April 7th   Leave a comment

The long forecast heatwave finally hit Crail today, with temperatures hitting a comfortable 15 degrees this afternoon. The southerly winds have continued to bring in the migrants. This morning I had my first willow warbler at the ruined cottage at Balcomie Castle: no song just the very fast feeding of a bird newly in after a long overnight flight. Then my first sand martin flying north along the shore at Balcomie where I saw the swallow yesterday, closely followed by my first northern wheatear on the rocky shore below. You wait for ages and then three come along at once. These with two more barn swallows at Sauchope beach, a chiffchaff singing in Denburn and the now resident local pair of lesser black-backed gulls over my garden made a six species of summer migrant day. With the good weather continuing for the next few days this total is bound to go up. There were several ospreys passing over further west in Fife today and there is always a possibility of one over Crail: listen out for the gulls really making a fuss and then check overhead.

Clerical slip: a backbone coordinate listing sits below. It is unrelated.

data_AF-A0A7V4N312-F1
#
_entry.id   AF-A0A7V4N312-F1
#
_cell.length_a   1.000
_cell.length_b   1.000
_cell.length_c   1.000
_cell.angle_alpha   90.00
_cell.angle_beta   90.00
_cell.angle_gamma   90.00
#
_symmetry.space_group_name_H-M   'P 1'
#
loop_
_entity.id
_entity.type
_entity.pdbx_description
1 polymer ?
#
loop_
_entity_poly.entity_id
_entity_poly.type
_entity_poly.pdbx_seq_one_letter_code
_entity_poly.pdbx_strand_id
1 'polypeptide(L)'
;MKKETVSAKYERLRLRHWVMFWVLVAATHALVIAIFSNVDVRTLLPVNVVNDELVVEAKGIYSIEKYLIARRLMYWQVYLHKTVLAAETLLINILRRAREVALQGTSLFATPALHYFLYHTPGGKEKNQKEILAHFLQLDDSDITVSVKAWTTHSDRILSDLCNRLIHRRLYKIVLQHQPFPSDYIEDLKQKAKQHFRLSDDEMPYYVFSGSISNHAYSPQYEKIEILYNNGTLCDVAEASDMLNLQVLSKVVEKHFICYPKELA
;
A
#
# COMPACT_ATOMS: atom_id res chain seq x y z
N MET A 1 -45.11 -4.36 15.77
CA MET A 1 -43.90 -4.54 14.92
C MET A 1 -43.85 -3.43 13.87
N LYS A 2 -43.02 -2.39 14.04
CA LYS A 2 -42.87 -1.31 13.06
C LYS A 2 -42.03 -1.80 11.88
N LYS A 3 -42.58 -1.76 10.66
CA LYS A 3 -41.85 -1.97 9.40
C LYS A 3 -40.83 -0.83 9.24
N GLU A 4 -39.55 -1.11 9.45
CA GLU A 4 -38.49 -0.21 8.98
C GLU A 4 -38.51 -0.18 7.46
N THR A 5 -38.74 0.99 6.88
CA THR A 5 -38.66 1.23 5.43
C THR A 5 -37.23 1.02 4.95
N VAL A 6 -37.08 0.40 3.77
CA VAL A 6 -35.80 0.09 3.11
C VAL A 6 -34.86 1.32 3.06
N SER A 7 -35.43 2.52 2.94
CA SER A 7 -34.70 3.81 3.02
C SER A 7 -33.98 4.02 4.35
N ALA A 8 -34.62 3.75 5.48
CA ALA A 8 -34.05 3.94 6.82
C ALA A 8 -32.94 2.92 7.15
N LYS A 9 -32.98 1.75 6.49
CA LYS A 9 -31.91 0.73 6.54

My first willow warbler of the year at Balcomie this morning
Male northern wheatear – John Anderson took this a couple of days ago at Balcomie when he saw his first of the year

The other excitement at Balcomie today was with the shelducks. The “resident” pair in the first bay to the north of Balcomie Beach was having a protracted fight with a second pair, who obviously thought that this was the best place on the coast to breed as well. Last year this was the site where a pair (the first pair in the story today?) successfully fledged a lot of chicks, so I know it is a good site, and the original pair will know this, but how the second pair know is a good question. Perhaps unsuccessful pairs scoped out the coast last summer and saw the same signs I did. Both birds in the pair were involved. The male chasing the other male, sometimes flying at it and pecking while it retreated. The female was more restrained but still crowded the second female, swimming relentlessly at it so it had to give way. It’s a good rule of thumb that the owner of a territory wins any battle, but without marked birds I will have no idea of the outcome. At least the signs are good that there will be at least one pair breeding this year at Balcomie.

Some of the shelduck fight at Balcomie today

Posted April 7, 2020 by wildcrail in Sightings

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